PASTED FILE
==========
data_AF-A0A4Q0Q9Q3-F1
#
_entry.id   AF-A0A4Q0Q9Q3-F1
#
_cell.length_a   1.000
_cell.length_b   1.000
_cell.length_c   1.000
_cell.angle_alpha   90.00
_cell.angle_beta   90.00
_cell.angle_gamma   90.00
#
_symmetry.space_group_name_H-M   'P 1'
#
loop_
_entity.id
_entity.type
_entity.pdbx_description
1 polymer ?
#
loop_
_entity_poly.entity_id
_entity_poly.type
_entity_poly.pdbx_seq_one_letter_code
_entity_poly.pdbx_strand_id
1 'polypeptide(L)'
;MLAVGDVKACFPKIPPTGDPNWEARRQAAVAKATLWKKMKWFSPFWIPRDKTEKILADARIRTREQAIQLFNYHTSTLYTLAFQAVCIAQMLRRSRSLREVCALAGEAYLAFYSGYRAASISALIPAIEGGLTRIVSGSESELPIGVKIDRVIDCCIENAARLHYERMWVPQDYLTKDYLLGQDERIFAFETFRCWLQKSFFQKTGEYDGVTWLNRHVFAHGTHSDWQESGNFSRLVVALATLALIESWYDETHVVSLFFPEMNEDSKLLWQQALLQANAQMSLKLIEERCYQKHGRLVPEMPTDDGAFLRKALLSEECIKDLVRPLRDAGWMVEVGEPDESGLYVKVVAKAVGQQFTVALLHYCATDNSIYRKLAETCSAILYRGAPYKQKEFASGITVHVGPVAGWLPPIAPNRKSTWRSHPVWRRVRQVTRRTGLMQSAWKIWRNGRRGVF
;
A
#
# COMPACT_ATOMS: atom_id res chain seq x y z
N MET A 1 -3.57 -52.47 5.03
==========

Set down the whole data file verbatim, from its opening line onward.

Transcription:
data_AF-A0A4Q0Q9Q3-F1
#
_entry.id   AF-A0A4Q0Q9Q3-F1
#
_cell.length_a   1.000
_cell.length_b   1.000
_cell.length_c   1.000
_cell.angle_alpha   90.00
_cell.angle_beta   90.00
_cell.angle_gamma   90.00
#
_symmetry.space_group_name_H-M   'P 1'
#
loop_
_entity.id
_entity.type
_entity.pdbx_description
1 polymer ?
#
loop_
_entity_poly.entity_id
_entity_poly.type
_entity_poly.pdbx_seq_one_letter_code
_entity_poly.pdbx_strand_id
1 'polypeptide(L)'
;MLAVGDVKACFPKIPPTGDPNWEARRQAAVAKATLWKKMKWFSPFWIPRDKTEKILADARIRTREQAIQLFNYHTSTLYTLAFQAVCIAQMLRRSRSLREVCALAGEAYLAFYSGYRAASISALIPAIEGGLTRIVSGSESELPIGVKIDRVIDCCIENAARLHYERMWVPQDYLTKDYLLGQDERIFAFETFRCWLQKSFFQKTGEYDGVTWLNRHVFAHGTHSDWQESGNFSRLVVALATLALIESWYDETHVVSLFFPEMNEDSKLLWQQALLQANAQMSLKLIEERCYQKHGRLVPEMPTDDGAFLRKALLSEECIKDLVRPLRDAGWMVEVGEPDESGLYVKVVAKAVGQQFTVALLHYCATDNSIYRKLAETCSAILYRGAPYKQKEFASGITVHVGPVAGWLPPIAPNRKSTWRSHPVWRRVRQVTRRTGLMQSAWKIWRNGRRGVF
;
A
#
# COMPACT_ATOMS: atom_id res chain seq x y z
N MET A 1 -3.57 -52.47 5.03